People who have been in accidents or have disabling conditions such as low-back pain, arthritis, heart disease, fractures, head injuries and cerebral palsy turn to physical therapists for help. These health professionals use a variety of techniques, called modalities, to restore function, improve mobility, relieve pain and prevent or limit permanent physical disabilities in their patients. PTs supervise physical therapist assistants and aides and along with them are members of a team that also includes doctors and surgeons, with whom they consult.
In 2010, physical therapists (PTs) held about 199,000 jobs in the US. Most of them worked full-time, but more than a quarter held part-time positions.
PTs typically work in the offices of other health practitioners or in hospitals. Home health care agencies and nursing and residential care facilities employ many others. Some are self employed.
In order to become a physical therapist, you must first graduate from a physical therapist educational program with a master's or doctoral degree. Expect to take courses in biology, chemistry and physics. Your coursework will also include specialized courses such as biomechanics, neuroanatomy, human growth and development, manifestations of disease, examination techniques and therapeutic procedures.
All states in the US require physical therapists to be licensed. To become licensed you will have to take the National Physical Therapy Exam which the Federation of State Boards of Physical Therapy (FSBPT) administers. Licensed PTs must take continuing education classes and attend workshops to maintain licensure. Specific requirements vary by state, so it is a good idea to contact individual State Licensing Authorities.
In addition to the formal qualifications described previously, you will not be successful in this occupation if you don't have certain traits. Good dexterity will allow you to perform manual therapy. Physical stamina will let you stand on your feet and move around a lot, as will be required. Dealing with people who are in pain requires compassion and good interpersonal skills. Finally, you must have strong analytical and observational skills in order to diagnose patients' problems and evaluate the effectiveness of the treatment you administer.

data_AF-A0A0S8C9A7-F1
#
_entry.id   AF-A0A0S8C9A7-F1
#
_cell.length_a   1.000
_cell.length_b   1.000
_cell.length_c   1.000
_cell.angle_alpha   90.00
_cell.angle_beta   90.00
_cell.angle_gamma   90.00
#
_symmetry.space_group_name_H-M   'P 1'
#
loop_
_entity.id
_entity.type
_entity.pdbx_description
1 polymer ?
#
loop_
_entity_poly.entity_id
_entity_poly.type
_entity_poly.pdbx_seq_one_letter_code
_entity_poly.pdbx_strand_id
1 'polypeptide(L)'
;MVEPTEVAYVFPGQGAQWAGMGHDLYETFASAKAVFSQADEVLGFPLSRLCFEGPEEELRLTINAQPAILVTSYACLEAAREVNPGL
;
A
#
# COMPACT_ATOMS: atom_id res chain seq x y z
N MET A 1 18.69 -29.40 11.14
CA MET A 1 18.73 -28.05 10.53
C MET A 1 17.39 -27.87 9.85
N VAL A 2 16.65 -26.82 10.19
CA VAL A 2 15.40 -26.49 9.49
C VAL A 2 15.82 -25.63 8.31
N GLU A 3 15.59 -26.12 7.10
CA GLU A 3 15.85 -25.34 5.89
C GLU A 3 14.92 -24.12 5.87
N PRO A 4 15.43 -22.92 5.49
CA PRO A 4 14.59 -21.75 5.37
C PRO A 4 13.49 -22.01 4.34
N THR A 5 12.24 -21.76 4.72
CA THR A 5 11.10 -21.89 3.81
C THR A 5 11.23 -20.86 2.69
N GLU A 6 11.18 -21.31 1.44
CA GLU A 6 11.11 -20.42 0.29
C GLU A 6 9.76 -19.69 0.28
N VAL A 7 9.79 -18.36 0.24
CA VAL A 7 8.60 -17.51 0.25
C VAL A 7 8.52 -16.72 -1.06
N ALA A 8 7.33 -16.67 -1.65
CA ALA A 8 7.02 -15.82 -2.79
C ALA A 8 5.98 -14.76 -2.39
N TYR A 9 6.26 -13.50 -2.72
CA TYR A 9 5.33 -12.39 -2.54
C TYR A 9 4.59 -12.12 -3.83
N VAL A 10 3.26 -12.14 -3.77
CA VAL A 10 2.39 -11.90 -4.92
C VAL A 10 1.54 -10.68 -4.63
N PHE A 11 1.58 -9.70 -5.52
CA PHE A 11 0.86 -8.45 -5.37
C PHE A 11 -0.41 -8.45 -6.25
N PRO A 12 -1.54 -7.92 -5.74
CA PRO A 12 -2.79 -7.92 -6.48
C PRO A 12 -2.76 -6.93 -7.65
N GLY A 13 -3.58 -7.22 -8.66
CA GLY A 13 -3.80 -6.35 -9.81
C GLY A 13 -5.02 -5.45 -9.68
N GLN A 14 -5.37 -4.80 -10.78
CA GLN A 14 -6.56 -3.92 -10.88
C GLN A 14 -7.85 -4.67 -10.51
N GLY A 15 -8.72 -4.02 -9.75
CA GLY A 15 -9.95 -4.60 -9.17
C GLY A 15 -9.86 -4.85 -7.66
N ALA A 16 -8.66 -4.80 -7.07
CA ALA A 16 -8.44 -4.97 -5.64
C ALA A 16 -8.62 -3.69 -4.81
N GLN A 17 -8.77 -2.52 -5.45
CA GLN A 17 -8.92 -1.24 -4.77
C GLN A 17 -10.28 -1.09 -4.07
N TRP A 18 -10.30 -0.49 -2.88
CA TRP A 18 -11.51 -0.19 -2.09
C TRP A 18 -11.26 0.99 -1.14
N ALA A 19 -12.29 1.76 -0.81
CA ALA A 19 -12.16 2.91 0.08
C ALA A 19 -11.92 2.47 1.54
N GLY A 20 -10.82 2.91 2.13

The job outlook for physical therapists is excellent. This occupation is projected to experience faster growth, through 2020, than other occupations requiring at least a master's degree (The U.S. Bureau of Labor Statistics).
In 2011, physical therapists earned a median annual salary of $78,270. During the same time period, median hourly wages were $37.63.
Use the Salary Wizard at Salary.com to find out how much physical therapists currently earn in your city.
A Day in a Physical Therapist's Life:
On a typical day a physical therapist will:
- examine patients' medical histories
- test and measure patients' strength, range of motion, balance and coordination, posture, muscle performance, respiration and motor function
- determine whether a patient is able to be independent and reintegrate into the community or workplace after injury or illness
- develop treatment plans describing a treatment strategy, its purpose and its anticipated outcome
Source: Bureau of Labor Statistics, U.S. Department of Labor, Occupational Outlook Handbook, 2012-13 Edition, Physical Therapists, on the Internet at http://www.bls.gov/ooh/healthcare/physical-therapists.htm (visited August 28, 2012).
Employment and Training Administration, U.S. Department of Labor, O*NET Online, Physical Therapists, on the Internet at http://www.onetonline.org/link/details/29-1123.00 (visited August 28, 2012).